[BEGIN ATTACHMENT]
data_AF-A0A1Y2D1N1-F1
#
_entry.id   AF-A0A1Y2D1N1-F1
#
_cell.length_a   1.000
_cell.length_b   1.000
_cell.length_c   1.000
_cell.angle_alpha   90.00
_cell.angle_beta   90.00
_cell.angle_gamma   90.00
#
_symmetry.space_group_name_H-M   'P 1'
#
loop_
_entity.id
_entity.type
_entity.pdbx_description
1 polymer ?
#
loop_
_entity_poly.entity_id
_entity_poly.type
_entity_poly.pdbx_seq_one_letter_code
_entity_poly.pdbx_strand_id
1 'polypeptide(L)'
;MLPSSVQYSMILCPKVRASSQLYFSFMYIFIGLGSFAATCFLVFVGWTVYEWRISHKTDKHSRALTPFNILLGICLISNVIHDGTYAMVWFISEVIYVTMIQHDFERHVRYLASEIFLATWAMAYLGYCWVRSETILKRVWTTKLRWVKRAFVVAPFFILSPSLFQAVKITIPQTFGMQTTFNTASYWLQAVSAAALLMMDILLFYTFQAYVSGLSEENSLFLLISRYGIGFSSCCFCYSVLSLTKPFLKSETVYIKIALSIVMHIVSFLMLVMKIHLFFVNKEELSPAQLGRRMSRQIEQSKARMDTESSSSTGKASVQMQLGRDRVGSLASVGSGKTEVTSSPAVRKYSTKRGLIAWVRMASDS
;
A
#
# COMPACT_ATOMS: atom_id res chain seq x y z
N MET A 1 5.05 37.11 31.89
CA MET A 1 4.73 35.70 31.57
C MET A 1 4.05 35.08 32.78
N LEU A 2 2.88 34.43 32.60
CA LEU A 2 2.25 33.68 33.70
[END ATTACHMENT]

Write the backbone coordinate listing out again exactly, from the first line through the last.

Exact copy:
data_AF-A0A1Y2D1N1-F1
#
_entry.id   AF-A0A1Y2D1N1-F1
#
_cell.length_a   1.000
_cell.length_b   1.000
_cell.length_c   1.000
_cell.angle_alpha   90.00
_cell.angle_beta   90.00
_cell.angle_gamma   90.00
#
_symmetry.space_group_name_H-M   'P 1'
#
loop_
_entity.id
_entity.type
_entity.pdbx_description
1 polymer ?
#
loop_
_entity_poly.entity_id
_entity_poly.type
_entity_poly.pdbx_seq_one_letter_code
_entity_poly.pdbx_strand_id
1 'polypeptide(L)'
;MLPSSVQYSMILCPKVRASSQLYFSFMYIFIGLGSFAATCFLVFVGWTVYEWRISHKTDKHSRALTPFNILLGICLISNVIHDGTYAMVWFISEVIYVTMIQHDFERHVRYLASEIFLATWAMAYLGYCWVRSETILKRVWTTKLRWVKRAFVVAPFFILSPSLFQAVKITIPQTFGMQTTFNTASYWLQAVSAAALLMMDILLFYTFQAYVSGLSEENSLFLLISRYGIGFSSCCFCYSVLSLTKPFLKSETVYIKIALSIVMHIVSFLMLVMKIHLFFVNKEELSPAQLGRRMSRQIEQSKARMDTESSSSTGKASVQMQLGRDRVGSLASVGSGKTEVTSSPAVRKYSTKRGLIAWVRMASDS
;
A
#
# COMPACT_ATOMS: atom_id res chain seq x y z
N MET A 1 5.05 37.11 31.89
CA MET A 1 4.73 35.70 31.57
C MET A 1 4.05 35.08 32.78
N LEU A 2 2.88 34.43 32.60
CA LEU A 2 2.25 33.68 33.70